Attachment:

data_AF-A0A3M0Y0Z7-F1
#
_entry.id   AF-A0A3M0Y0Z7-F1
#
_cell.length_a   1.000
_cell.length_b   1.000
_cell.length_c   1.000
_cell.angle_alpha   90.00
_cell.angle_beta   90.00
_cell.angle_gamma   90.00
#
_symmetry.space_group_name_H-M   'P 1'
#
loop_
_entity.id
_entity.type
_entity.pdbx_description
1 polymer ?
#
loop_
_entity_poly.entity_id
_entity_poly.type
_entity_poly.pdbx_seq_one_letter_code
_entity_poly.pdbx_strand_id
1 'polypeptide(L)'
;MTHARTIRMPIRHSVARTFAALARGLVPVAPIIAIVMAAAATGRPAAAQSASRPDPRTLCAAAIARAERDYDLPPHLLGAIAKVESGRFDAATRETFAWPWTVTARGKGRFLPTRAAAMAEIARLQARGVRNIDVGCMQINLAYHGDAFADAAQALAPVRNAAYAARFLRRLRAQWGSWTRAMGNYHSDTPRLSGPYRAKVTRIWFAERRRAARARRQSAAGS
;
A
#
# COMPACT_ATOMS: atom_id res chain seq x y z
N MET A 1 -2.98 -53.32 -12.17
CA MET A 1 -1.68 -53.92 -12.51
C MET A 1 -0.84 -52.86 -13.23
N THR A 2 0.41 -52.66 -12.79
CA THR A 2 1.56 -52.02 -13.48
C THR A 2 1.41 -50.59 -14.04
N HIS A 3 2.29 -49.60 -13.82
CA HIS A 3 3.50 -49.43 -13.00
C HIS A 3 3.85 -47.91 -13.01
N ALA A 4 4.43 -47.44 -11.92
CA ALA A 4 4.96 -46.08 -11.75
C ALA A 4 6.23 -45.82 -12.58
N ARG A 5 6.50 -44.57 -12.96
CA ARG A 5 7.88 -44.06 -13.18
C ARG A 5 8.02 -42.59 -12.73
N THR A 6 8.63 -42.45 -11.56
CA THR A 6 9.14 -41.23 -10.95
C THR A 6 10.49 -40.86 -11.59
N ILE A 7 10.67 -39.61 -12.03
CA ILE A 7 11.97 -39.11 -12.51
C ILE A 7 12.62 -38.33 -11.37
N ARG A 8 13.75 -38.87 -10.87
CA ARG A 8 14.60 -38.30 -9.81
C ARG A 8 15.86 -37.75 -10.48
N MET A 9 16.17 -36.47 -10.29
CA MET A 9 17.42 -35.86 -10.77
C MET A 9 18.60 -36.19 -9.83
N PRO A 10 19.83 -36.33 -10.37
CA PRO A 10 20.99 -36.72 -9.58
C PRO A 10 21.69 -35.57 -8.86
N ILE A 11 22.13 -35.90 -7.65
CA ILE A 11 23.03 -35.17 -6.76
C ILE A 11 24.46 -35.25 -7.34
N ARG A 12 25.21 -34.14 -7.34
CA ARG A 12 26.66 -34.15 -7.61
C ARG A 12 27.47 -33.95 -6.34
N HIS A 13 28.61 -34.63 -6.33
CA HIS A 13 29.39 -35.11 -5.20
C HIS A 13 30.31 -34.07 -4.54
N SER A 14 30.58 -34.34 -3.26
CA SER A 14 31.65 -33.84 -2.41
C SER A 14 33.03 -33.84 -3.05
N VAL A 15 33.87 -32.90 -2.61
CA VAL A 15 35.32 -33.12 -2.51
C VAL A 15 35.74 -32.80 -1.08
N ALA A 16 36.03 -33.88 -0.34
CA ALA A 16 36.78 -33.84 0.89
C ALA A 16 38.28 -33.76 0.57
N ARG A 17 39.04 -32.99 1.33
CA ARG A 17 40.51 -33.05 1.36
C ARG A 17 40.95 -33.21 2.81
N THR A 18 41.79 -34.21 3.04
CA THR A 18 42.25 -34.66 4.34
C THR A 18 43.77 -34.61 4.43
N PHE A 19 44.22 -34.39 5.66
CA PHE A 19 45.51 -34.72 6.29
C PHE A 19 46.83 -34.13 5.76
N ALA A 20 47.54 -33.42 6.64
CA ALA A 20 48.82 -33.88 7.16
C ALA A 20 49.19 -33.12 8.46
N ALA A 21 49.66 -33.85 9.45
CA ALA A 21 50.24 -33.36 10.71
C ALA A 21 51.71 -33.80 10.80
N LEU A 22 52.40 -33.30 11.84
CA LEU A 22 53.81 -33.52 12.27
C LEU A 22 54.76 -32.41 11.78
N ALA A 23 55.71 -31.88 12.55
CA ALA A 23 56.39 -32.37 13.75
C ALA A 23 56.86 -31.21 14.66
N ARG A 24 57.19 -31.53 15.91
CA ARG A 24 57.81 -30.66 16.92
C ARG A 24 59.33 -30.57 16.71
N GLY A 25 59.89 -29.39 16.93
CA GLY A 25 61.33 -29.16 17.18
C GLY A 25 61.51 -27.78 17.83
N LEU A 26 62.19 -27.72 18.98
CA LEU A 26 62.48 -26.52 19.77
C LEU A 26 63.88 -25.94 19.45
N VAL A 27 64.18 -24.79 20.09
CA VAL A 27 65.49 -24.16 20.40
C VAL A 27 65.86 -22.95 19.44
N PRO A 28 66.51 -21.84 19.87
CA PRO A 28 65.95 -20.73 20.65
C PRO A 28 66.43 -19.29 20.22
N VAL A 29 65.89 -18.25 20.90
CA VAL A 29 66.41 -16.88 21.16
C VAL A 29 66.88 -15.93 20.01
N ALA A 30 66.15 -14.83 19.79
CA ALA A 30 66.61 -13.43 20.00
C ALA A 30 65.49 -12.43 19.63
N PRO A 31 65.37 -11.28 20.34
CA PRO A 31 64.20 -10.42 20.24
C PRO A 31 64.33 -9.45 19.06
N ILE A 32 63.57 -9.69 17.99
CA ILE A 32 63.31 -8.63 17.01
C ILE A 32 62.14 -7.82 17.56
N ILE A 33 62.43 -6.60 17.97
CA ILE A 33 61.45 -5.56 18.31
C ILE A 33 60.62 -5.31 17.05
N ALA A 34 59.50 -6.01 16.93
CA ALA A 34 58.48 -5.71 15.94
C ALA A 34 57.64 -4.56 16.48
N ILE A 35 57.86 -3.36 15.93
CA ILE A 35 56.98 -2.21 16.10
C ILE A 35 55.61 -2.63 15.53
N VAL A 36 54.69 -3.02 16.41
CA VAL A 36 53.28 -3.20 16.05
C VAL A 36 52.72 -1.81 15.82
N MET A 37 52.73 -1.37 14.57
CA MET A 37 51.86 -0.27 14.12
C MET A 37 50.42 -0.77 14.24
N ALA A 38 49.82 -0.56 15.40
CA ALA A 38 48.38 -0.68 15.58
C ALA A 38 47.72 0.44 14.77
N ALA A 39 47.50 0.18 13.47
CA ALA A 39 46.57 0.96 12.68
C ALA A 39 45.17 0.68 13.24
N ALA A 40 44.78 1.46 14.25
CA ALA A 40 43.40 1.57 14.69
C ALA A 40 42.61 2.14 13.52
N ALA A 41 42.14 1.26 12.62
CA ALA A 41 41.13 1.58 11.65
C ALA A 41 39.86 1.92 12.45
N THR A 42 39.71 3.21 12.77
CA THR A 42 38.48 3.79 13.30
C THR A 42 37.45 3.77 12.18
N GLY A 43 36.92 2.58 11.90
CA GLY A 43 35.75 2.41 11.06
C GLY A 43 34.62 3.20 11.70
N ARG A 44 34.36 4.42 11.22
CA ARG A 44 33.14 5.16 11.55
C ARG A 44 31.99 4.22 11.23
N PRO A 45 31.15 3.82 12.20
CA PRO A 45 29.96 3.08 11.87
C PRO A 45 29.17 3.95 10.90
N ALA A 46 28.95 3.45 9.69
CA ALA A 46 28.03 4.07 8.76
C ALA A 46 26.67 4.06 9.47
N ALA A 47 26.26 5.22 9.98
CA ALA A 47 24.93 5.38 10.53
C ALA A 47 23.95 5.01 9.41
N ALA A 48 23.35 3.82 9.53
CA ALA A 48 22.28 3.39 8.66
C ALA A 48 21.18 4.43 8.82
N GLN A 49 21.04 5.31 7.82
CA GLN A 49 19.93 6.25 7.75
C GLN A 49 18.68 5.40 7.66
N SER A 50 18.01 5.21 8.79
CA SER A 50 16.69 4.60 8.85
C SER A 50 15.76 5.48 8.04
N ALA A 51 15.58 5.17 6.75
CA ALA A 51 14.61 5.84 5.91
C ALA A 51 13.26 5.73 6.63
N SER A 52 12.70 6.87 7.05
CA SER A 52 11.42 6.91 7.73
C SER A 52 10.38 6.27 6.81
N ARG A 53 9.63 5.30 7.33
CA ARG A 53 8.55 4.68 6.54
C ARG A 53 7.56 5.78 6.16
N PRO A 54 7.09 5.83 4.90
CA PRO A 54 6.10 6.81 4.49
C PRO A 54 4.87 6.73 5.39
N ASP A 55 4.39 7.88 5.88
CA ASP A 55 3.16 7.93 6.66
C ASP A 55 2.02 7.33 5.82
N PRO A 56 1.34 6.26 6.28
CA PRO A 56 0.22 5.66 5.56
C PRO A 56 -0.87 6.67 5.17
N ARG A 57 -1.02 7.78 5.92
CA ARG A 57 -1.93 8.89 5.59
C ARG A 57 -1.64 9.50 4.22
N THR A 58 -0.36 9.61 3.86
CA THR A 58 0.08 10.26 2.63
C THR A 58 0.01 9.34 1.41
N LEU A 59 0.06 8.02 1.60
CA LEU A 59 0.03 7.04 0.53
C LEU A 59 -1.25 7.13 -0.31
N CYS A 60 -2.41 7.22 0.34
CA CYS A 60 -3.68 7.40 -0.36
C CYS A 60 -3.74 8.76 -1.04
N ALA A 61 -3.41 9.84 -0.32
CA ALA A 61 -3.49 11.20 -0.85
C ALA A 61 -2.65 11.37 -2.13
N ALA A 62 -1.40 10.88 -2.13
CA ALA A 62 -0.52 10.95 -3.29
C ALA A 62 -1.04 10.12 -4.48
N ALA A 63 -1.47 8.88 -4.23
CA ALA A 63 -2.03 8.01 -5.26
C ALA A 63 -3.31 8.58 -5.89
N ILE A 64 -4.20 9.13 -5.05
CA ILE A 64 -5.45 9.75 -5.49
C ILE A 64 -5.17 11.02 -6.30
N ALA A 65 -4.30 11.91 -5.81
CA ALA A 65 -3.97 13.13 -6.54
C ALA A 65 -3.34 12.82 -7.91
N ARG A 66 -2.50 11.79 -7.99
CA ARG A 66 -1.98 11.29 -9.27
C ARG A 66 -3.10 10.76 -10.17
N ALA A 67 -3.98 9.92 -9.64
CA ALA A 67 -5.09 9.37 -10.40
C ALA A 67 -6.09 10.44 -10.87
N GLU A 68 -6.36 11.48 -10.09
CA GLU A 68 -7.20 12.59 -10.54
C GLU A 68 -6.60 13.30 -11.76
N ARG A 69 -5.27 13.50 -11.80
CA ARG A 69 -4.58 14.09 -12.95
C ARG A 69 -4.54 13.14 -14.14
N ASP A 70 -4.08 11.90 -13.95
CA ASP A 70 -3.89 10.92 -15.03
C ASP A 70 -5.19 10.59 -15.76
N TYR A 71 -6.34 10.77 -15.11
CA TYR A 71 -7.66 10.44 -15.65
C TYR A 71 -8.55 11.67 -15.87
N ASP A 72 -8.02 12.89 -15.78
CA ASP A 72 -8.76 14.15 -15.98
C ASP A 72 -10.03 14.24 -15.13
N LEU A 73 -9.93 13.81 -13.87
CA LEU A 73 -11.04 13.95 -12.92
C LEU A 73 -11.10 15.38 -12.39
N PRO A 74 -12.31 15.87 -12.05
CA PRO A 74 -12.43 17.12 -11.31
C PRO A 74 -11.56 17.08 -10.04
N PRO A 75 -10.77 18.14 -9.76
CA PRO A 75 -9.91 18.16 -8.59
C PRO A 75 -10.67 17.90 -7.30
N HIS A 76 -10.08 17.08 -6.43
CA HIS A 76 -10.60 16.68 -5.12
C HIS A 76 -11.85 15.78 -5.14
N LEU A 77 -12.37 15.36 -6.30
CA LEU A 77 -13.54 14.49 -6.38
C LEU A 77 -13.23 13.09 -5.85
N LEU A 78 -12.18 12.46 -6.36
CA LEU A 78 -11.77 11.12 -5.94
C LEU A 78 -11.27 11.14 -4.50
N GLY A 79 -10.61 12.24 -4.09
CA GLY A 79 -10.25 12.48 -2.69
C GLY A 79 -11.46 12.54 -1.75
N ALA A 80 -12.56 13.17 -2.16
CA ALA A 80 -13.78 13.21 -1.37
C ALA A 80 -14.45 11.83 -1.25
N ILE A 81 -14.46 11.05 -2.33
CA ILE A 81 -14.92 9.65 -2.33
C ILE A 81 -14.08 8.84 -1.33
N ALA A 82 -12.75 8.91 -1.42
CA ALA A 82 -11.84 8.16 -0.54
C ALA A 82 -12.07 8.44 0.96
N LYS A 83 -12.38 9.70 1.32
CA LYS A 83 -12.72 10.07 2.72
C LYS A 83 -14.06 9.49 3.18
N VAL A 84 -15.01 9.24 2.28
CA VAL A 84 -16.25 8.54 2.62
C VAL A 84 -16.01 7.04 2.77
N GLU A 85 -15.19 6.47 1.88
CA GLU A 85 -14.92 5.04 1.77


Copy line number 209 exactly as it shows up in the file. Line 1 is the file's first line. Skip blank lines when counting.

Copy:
CA CYS A 60 -3.68 7.40 -0.36